What surprised you about your internship?

Once I began to better understand what metrics to look for in an early-startup, I was surprised at how difficult it is to source these deals. Often we hear about startups through press releases and news coverage, but those are often Series A or later. It is really challenging to identify startups raising a Seed round simply because there isn’t as much of a signal coming from them.

What do you wish you knew before you started your internship?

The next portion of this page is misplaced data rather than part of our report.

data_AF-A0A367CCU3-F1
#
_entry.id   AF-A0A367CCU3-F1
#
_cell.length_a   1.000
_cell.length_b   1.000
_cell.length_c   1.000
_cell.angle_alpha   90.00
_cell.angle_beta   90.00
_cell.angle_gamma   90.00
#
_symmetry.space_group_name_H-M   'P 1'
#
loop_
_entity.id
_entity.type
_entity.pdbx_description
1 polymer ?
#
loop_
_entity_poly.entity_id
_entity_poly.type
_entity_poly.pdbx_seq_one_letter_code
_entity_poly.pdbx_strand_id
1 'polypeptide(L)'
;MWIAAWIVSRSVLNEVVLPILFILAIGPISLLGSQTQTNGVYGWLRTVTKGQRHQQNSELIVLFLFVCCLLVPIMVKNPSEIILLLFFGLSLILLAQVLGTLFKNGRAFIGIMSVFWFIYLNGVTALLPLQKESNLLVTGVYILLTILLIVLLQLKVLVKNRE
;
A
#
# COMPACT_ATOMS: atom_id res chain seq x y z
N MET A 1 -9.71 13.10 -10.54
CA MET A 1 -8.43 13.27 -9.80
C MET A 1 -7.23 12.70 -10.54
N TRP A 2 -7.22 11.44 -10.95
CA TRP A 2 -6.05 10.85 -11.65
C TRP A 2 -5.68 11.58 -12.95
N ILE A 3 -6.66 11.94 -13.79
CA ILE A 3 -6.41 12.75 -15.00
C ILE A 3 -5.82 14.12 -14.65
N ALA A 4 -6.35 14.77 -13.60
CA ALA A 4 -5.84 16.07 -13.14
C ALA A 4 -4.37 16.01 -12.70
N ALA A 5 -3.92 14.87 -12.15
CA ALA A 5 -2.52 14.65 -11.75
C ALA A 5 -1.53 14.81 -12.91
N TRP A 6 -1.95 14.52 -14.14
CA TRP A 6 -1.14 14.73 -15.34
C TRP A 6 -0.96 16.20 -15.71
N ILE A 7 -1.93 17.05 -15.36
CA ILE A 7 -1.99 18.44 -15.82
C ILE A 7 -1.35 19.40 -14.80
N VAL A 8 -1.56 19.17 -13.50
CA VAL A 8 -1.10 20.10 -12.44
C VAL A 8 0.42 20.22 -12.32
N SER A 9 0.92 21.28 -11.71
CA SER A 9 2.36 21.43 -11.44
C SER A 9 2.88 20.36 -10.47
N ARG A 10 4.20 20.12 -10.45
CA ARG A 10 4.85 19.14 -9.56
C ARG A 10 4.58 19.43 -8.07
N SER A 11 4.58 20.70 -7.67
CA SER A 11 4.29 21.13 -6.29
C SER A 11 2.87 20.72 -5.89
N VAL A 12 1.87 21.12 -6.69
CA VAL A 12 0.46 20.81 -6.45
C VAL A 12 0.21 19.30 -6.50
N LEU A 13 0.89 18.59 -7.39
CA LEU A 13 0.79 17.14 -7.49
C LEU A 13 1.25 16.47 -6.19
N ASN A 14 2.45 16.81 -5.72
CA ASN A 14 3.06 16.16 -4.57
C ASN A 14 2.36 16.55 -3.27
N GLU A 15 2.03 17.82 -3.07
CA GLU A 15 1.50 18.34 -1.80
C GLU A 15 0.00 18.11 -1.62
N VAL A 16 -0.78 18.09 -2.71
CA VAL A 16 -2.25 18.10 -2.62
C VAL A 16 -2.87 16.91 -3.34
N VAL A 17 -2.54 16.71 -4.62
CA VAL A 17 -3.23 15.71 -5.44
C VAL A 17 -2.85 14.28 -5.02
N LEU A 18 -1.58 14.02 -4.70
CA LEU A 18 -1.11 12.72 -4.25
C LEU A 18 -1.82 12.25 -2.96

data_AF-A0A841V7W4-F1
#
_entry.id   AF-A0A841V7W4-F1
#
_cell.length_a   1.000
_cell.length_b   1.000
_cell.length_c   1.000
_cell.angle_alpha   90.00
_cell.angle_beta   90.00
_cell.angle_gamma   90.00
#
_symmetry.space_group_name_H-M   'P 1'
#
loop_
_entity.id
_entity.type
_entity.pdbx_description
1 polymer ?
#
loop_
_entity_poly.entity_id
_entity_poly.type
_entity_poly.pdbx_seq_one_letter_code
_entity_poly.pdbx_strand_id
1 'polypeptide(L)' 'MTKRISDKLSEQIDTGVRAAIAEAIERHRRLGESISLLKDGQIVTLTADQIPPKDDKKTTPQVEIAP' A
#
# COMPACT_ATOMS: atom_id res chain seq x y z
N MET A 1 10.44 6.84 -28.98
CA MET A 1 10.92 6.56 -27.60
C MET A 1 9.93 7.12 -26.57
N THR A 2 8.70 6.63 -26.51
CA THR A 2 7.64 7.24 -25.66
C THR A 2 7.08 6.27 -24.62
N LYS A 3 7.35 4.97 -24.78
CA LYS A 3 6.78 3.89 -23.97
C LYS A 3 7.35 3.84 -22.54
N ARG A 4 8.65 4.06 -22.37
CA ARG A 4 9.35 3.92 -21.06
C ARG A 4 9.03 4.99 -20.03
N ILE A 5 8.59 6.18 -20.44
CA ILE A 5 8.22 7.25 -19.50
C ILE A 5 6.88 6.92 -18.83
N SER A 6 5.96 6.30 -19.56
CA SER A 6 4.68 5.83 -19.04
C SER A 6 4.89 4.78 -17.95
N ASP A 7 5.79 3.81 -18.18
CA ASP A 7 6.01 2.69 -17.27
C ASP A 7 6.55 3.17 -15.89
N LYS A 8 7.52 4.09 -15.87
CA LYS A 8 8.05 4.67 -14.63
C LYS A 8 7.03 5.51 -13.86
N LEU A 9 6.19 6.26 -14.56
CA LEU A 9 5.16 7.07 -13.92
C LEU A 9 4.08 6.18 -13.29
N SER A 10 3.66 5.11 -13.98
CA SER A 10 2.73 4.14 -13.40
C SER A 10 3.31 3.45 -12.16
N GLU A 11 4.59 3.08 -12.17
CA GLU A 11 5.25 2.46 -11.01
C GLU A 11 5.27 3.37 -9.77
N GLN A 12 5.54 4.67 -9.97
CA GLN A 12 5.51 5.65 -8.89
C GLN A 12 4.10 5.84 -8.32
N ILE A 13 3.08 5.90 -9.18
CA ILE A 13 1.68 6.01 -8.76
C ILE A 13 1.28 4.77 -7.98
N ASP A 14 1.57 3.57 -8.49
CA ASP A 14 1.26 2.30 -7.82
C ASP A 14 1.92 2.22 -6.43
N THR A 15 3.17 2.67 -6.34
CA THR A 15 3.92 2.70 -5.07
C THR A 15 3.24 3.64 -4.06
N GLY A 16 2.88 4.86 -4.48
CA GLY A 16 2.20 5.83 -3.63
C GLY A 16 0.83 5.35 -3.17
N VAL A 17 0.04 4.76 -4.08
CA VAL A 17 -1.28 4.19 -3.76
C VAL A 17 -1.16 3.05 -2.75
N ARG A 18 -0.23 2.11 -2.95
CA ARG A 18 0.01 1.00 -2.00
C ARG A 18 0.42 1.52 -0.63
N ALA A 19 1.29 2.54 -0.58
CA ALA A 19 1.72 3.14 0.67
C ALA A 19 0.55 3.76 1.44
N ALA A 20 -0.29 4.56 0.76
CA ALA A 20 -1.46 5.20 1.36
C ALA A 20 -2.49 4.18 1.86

I think having a better understanding of how to source deals would have been helpful coming in. I also wish I’d read this article, specifically the segment on reducing the burden/workload for others in the firm.

What advice would you give to someone looking for an internship in venture?

I found the CV internship opportunity primarily by chance, but I think consistently engaging with a VC firm’s team on what their current priorities are and how your relevant experience could enable you to contribute is how I would go about it.

Lindsay Knight


Posted On

May 30, 2019